Sunday, January 16, 2011

I'm leery of some homeschooling families

In the homeschooling universe, boys with long hair are not as well behaved as boys with short hair.

Certainly there are polite young gentleman with ponytails and hellions with crew cuts, but in general, if I -- right now -- had to choose a husband for a daughter based only on their hair length, I'd go with the very shortest haircut.

My hypothesis is that some boys' long hair goes along with a general air of permissiveness in those boys' families, which results in more spastic, annoying behavior.

(Note: my own children's hair is rather unkempt, so I am not preaching from any pedestal here. Case in point: Birdy, below.)

I've just noticed in general that there is a greater potential for meeting feral weirdos in the homeschooling community.

The majority of women I meet who are homeschooling their little ones are fabulous, hilarious, supportive and relatively normal. However, there is a fringe element with which I was previously unacquainted.

Let's just say I've met a lot more people with interesting conspiracy theories since I started rubbing elbows with others who've kept their children out of educational institutions.

For example, the lady who told me this week that cancer was cured in 1928 but the government made it illegal to treat it (the cure involves vegetables) because the pharmaceutical companies want to make money selling chemotherapy drugs.

If I wanted to, I could get offended by her point of view -- I don't think that Rannie's doctors let her die because they wanted to make money, for example -- instead I breezily told her that I couldn't really see the logic there and pretended my kids needed my immediate attention.

I want my kids to grow up to be extremely productive, disciplined members of society who will, if I am ever-so-lucky, bring their families over for Sunday dinner every single week.

Is that desire related to my choice to homeschool? Yeah, a little bit. I think keeping my daughters away from unattended mean girls, repetitious lessons and universal cheers for mediocre work is a good thing.

But apparently,  I'm still going to have to teach them to steer clear of the long-haired weirdos.

4 comments:

MarĂ­a said...
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Carol-Sutarooni said...

The important thing to remember is that you are making decisions based on your own life, and others are too. I looked at home schooling and knew I didn't have the patience, discipline, or desire to do so. I have a friend who saw her child being overlooked and joyfully took on homeschooling with great results.

I found your blog by hitting the next blog button. I really liked that it wasn't just a family scrap book book, but your heart, sharing your feelings. I read many postings but am only responding here.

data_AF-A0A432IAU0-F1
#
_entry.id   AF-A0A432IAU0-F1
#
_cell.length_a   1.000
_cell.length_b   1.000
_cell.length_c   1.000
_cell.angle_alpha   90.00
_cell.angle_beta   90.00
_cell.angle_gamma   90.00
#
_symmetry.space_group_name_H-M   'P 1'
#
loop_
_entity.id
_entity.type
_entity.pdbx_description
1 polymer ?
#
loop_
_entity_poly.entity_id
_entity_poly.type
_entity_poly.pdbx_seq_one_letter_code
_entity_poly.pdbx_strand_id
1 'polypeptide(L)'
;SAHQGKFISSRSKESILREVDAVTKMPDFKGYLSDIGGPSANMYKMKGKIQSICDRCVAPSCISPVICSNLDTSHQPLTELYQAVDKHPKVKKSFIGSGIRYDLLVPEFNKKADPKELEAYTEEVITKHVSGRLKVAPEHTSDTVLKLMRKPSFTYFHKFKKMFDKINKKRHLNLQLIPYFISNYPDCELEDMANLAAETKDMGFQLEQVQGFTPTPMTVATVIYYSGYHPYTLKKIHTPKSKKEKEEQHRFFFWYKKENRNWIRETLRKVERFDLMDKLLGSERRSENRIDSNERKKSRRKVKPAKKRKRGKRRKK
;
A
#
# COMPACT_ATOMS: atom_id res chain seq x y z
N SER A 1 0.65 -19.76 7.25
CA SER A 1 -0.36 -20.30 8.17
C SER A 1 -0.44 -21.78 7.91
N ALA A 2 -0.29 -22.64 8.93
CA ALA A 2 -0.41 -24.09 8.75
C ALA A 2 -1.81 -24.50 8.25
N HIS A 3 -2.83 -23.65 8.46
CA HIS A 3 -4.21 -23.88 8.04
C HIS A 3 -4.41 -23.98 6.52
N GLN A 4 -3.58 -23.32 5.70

One thing you might want to consider is Early Childhood Family Education (ECFE) classes offered by your school district. These classes have two components. Mom and me, where the mothers or fathers, or grandmothers in my sister-in-laws case, do activities with the children. Then they break into two groups. The children go to a group activity and the adults have their own group. It is a great way to meet other parents, get support, and talk to other grown-ups! Most districts offer it through community education.

To raise wonderful human beings, treat them with respect and demand they treat you with respect. Be consistent and don't give in to whining. Allow them to have their own feelings, but you don't have to be a part of them. One thing that was effective in our family was asking them to go to their room and come back when they were feeling happier. (It worked).

You have your work cut out for you and I wish you well. I also want to tell you that it is not failure if sometime down the line your kids ask to go to school. Good luck and best wishes.

Carol

Shaken Mama said...

Thanks for your comment, Carol, I really appreciate it.

Today at a Meet-Up, I had yet another homeschooling mom try to evangelize me. The weirdness won't stop.

But neither will I in my quest to properly educate my kids!

Alice in Amishland said...

I, too, have an irrational fear of homeschoolers. I do not know why, nor do I ever have an opportunity it interact with them.
I also have to agree with you on the "Chinese Mother". A lot of western mothers seem to celebrate mediocrady and hold their children on a pedestal. I tend to disagree. Maybe its my catholic upbringing, but I usually assume my kid's the one doing something wrong.
Glad to find your blog!